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Andy Minn, MD, PhD
Associate Professor, Radiation Oncology
Director, Mark Foundation Center for Immunotherapy, Immune Signaling, and Radiation
University of Pennsylvania
Goal: To discover ways to improve effectiveness of immunotherapy for breast cancer patients.
Impact: Dr. Minn’s work is focused on the ways in which cancer cells resist immune-based treatments. His findings could help identify those patients who are most likely to respond to this type of treatment and may also reveal ways to improve immunotherapy so that it benefits more patients.
What’s next: Having discovered pathways that allow breast cancers to “outsmart” the effects of immunotherapy, he and his team will now study whether blocking these pathways could improve treatment response.
Immunotherapy has greatly improved responses and survival for those with certain types of cancer such as melanoma and lung cancer. Most breast cancer patients, however, have not had the same benefit. Dr. Minn has identified signaling pathways that normally tell the immune system to fight cancer but can be co-opted by cancer cells to limit the anti-tumor immune response. It is possible that interfering with these pathways could improve the effectiveness of immunotherapy.
Full Research Summary
Research area: Exploring novel strategies to improve the efficacy of immunotherapy in breast cancer.
Impact: Immunotherapies using immune checkpoint blockade agents has demonstrated activity in certain breast cancer subtypes. However, response rate in breast cancer remains low. Dr. Minn has discovered that cancers can mimic certain features of viral infections to minimize immune-mediated attack. In addition, a large percentage of breast cancer patients have tumors that express anti-viral genes. His team is investigating the mechanism of anti-viral signaling pathways in breast cancer and how interference in these pathways may restore immune function against cancer cells and improve the efficacy of immunotherapy.
Current investigation: Dr. Minn and his team are studying how anti-viral signaling pathways become programmed into the DNA of breast and other cancers. In addition, they are examining how blocking these pathways can restore anti-tumor immune response.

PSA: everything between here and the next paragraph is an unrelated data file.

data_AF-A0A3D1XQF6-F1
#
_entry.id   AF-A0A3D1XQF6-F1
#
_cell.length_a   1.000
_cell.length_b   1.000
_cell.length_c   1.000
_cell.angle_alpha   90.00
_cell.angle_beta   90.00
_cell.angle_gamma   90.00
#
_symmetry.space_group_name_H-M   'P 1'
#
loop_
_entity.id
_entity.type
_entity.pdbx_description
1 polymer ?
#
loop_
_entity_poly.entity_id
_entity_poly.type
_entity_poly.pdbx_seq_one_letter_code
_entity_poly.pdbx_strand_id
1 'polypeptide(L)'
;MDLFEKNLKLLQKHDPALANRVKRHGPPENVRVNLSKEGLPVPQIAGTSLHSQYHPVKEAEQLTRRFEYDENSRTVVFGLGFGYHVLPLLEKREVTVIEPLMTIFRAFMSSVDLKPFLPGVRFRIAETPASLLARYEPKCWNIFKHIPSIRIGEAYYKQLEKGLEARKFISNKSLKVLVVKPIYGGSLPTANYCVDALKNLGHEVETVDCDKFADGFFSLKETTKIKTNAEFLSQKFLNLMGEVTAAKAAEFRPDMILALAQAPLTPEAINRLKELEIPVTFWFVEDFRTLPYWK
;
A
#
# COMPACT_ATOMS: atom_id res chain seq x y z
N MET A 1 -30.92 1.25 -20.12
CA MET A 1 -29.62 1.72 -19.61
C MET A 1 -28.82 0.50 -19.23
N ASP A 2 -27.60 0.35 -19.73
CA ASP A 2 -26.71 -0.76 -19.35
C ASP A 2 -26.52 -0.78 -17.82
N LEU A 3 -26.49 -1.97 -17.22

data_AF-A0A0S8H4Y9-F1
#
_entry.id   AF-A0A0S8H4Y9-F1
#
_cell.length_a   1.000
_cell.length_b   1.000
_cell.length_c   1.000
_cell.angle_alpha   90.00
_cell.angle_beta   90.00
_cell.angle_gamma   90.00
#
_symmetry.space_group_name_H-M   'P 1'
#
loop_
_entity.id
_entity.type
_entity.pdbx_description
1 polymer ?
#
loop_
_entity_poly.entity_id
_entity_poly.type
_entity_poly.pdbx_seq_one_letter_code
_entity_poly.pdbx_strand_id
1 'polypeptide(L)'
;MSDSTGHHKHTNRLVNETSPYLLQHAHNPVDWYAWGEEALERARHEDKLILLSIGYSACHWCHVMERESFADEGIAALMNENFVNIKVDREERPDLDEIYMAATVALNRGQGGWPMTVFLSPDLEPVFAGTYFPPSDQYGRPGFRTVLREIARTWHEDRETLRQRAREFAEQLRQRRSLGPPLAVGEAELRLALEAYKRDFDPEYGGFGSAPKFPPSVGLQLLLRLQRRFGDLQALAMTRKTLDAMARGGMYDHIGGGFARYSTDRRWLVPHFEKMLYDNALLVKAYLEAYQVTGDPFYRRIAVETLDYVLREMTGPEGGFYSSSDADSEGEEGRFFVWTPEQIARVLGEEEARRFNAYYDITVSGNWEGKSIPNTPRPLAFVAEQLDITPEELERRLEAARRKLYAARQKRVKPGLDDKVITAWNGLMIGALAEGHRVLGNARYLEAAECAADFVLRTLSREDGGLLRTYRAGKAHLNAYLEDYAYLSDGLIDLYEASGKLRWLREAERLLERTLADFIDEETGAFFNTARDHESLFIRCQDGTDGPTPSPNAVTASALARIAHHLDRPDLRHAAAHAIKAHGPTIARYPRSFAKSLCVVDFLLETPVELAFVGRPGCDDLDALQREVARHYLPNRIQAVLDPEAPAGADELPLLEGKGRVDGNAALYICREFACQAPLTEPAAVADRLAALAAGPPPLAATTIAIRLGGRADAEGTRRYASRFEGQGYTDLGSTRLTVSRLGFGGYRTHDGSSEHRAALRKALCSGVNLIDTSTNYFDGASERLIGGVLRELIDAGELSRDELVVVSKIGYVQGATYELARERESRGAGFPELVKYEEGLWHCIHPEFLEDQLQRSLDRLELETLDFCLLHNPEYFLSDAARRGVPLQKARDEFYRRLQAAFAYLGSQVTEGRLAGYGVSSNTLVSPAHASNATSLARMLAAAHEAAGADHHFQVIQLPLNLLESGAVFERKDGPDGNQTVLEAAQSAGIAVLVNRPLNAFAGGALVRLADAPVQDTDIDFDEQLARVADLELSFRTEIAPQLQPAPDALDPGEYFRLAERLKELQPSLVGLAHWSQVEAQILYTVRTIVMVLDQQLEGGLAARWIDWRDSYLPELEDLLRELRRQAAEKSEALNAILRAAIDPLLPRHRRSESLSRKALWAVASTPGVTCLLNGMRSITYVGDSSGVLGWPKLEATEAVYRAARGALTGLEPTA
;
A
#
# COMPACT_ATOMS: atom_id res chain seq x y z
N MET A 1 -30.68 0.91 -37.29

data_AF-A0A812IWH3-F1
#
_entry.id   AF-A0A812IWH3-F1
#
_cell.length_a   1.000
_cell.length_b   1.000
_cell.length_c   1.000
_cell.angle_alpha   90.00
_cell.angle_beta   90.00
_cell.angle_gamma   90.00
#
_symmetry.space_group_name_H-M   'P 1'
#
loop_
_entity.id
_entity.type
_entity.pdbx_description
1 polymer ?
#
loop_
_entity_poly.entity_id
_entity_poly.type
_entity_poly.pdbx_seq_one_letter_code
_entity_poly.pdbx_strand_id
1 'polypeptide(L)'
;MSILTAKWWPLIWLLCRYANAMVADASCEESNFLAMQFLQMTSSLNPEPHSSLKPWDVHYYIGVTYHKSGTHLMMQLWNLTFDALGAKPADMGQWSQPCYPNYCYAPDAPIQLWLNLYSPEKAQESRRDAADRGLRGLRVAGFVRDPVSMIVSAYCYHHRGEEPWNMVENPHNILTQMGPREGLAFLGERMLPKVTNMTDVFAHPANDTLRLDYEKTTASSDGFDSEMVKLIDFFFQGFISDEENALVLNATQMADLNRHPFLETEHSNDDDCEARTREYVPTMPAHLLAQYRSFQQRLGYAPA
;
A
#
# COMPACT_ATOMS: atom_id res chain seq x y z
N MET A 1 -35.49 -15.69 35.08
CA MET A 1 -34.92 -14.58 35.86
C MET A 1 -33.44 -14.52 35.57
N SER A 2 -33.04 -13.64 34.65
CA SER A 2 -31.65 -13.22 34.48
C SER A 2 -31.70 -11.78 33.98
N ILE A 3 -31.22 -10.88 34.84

What he’s learned so far: Dr. Minn has investigated the role of anti-viral signaling pathways in the response of breast cancer to immunotherapy. They have found two related and targetable signaling pathways that limit the efficacy of immune checkpoint blockade. In addition, they show that blocking these pathways can restore immune function against cancer cells thus preventing breast cancer from mimicking viral infections.
What’s next: The team will continue to pursue innovative strategies to broaden the benefit of immunotherapies to breast cancer treatment. Specifically, they will focus on finding ways to prevent breast cancer from mimicking viral infections.
Dr. Minn is an Associate Professor in the Department of Radiation Oncology and Abramson Family Cancer Research Institute at the University of Pennsylvania. He received his MD and PhD from the University of Chicago, and finished his residency in radiation oncology and his post-doctoral training at Memorial Sloan-Kettering Cancer Center.
His laboratory is focused on understanding how breast cancers and other cancer types become resistant to both conventional therapies and to immunotherapies, and how resistance can be overcome. His work has unexpectedly revealed that pathways typically activated by viruses are among the important pathways cancers use to acquire their resistant properties (as well as other aggressive features). This raises two questions: 1) what is mimicking a viral infection in cancer, and 2) how does the activation of anti-viral signaling influence whether cancers respond or relapse after therapy?
Through the integration of “big data” and other genome-wide approaches, recent efforts are providing insight into these questions. These insights include the discovery of endogenous molecules that masquerade as viruses, and how these virus mimics orchestrate anti-viral responses to marshal the immune system and influence treatment outcomes. By gaining a deep mechanistic understanding, an overarching objective of Dr. Minn’s research is to manipulate these pathways to improve therapeutic efficacy and to inform the design of clinical trials.
BCRF Investigator Since
The William P. Lauder Award